When losing means you won

Sometimes victory can look a lot like defeat. This week the New Zealand pro-life movement had perhaps one of its most important victories in years, but I doubt they realised it, because it looked a lot like defeat.

It came in the form of the Pro Life Club’s disaffiliation from the Auckland University Students’ Association. Not only was the club disaffiliated, but clubs with “a similar ideology” are banned from joining the association in future. That rather broad, loose wording, which might include any number of clubs, is yet to come under the steady eye of the law, so the game is not over yet.

But at this stage it is looking remarkably like the underdog came out on top, and for several reasons.

The least important is that there are over 40,000 students at Auckland University. How many of them belong to the Auckland University Students’ Association I could not find out. But only 2,700 turned out for the vote. If that is the entirety of the AUSA membership, it doesn’t say much for the Association. If it is only a small portion of the AUSA, it doesn’t say much for the members.

About 1600 turned out to vote in favour of disaffiliation, and about 1000 turned out to vote against. What happened to the other 100, heaven knows. The journalist certainly didn’t, otherwise he would have told us.

All-in-all though, the numbers surprised me. They really aren’t that bad for a club that is meant to represent ideas long-since regarded as ridiculous.

But the bigger picture is the more important one. Because, of course, the Students for Choice have finally shown that they are, in fact, not.

They are the Students Against Choice. That is because they are against those who disagree with them. And if you are against those who disagree with you, you absolutely must be against choice. After all, we only have choice when we have two or more options that really, truly differ from one another. We have a very poor choice in foods if all that lies on our plates are apples. Throw on an orange and we’ve got something different. We have got real, honest choice.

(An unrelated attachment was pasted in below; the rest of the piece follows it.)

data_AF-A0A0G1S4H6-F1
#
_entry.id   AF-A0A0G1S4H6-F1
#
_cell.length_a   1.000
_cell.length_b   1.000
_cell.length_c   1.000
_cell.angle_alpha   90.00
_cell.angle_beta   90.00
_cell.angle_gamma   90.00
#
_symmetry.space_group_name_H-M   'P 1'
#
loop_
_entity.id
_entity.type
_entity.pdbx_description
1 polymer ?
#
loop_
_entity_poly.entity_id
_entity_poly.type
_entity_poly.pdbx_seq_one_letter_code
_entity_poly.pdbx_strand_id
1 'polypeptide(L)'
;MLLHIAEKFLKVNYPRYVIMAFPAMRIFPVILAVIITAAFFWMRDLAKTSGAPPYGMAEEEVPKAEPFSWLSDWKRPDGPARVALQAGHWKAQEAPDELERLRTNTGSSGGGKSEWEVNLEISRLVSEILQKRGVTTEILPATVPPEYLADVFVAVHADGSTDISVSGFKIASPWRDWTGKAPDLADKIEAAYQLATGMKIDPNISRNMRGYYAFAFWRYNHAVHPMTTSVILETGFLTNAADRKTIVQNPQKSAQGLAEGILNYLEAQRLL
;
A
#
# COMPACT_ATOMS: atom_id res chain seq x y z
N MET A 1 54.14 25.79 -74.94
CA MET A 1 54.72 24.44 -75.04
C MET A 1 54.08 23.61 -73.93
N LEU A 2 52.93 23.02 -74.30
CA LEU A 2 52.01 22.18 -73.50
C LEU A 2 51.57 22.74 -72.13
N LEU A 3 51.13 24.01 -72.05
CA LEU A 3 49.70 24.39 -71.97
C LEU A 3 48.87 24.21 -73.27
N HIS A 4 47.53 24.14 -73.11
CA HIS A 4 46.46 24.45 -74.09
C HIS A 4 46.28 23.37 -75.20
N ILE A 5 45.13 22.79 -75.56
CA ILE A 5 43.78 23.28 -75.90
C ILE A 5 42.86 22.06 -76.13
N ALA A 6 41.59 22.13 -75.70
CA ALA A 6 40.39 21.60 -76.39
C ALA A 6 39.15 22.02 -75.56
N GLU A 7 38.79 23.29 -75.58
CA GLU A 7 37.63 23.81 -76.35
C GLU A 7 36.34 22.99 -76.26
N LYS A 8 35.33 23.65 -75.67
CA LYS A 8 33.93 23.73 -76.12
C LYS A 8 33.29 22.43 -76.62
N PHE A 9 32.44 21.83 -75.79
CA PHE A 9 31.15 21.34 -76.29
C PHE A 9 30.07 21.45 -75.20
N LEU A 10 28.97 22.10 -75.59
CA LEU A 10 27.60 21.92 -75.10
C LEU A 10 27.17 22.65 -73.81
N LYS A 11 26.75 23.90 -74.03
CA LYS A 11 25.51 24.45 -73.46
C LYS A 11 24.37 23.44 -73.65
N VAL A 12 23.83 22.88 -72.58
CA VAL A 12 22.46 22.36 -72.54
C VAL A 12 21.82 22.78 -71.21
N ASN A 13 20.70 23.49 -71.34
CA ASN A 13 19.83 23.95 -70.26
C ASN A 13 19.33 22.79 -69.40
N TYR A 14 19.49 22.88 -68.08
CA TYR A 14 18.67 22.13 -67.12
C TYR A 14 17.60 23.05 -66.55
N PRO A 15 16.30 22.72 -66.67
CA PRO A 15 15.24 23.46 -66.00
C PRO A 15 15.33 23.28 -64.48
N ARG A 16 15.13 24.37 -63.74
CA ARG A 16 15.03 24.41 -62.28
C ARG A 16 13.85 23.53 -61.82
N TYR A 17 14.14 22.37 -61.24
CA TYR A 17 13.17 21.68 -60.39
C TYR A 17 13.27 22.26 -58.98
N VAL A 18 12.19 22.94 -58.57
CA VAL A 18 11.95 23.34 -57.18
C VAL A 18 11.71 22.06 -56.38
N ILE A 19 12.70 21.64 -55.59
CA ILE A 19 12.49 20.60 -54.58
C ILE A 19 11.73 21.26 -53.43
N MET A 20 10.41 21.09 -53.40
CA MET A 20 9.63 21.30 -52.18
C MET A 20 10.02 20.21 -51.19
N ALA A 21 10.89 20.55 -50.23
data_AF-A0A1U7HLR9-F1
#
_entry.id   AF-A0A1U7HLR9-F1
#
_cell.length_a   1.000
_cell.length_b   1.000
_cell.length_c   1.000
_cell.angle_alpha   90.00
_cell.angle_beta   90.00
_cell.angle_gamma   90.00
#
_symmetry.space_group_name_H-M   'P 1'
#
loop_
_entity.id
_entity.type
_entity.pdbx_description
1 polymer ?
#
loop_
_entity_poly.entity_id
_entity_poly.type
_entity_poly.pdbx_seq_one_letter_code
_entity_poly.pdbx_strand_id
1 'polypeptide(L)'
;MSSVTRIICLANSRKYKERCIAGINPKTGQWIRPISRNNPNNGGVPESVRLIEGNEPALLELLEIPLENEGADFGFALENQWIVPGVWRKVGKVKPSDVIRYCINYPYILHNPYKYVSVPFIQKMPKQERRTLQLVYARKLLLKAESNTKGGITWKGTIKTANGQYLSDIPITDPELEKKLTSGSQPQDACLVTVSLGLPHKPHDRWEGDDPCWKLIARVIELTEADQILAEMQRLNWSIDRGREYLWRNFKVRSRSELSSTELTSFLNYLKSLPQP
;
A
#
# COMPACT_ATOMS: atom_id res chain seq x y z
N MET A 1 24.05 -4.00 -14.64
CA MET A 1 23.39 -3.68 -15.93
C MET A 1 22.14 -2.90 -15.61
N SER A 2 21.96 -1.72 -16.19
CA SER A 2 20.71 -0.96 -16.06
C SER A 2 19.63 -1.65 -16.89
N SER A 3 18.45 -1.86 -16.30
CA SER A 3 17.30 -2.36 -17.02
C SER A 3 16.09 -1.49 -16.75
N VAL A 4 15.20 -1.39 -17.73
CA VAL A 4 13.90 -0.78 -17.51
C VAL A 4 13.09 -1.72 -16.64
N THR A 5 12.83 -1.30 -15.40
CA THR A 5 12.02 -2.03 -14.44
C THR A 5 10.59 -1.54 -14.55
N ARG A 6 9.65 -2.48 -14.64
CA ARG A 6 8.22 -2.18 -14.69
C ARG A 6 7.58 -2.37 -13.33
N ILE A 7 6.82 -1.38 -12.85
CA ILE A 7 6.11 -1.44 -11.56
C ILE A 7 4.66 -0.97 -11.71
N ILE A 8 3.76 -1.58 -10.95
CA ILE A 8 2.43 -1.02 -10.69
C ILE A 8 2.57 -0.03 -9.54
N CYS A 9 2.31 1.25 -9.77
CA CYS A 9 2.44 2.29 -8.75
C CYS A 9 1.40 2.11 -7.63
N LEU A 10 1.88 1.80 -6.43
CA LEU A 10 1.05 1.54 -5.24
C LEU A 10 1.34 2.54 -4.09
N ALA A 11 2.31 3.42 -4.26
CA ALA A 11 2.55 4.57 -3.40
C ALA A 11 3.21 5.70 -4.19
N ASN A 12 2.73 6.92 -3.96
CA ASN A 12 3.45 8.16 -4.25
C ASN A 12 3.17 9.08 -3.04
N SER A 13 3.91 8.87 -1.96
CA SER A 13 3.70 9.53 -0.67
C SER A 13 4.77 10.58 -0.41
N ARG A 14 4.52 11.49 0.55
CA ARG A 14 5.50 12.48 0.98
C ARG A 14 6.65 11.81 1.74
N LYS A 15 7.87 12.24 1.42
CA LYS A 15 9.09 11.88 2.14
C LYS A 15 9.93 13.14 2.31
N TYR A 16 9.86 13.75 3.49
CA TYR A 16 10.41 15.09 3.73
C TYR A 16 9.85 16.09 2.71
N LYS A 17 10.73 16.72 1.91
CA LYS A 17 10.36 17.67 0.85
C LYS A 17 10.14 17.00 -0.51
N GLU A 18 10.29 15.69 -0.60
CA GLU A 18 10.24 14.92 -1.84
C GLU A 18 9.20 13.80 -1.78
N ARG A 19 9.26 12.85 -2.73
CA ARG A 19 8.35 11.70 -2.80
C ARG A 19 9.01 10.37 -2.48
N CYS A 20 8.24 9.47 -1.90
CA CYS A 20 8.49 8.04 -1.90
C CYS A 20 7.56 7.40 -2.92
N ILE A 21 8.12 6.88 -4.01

That’s the horrible thing about being pro-choice (in the truest sense of the word). It means being  ‘”pro” your opponent. It means fighting for his or her rights as much as you fight for your own.

Doing in your opponent is simply not an option. It is, in fact, the underarm bowl of (in this case) student politics.

And underarm bowls don’t go down well with Joe Public. We are a tolerant nation, you see. We abide by the motto “live and let live”. Minority groups can scrap among themselves over who is right and who is wrong, but at the end of the day, what we all really want is a fair fight.

The moment one little group starts picking off the competition, they start looking mighty mean. They start looking scary, even. Worse, the victim starts looking harmless, and rather deserving of our pity and support.

That’s why the Pro Life Club, which exited dejectedly from the field this week, ought rather to be celebrating.

In the eyes of Average Joe, they have just become the victims of an underarm bowl. Even better, their opponents are the perpetrators, and are starting to look rather mean-spirited and narrow-minded in spite of their name.

And in this debate, winning over the public is far more important than winning an affiliation vote.

There is one final reason, though, why the Pro Life Club ought to celebrate: Your opponent only sends an underarm bowl your way when they really, truly believe you have a good shot at winning the game.

Like I said, sometimes defeat is a victory.

This article was originally published on Stuff.co.nz

 

 

 

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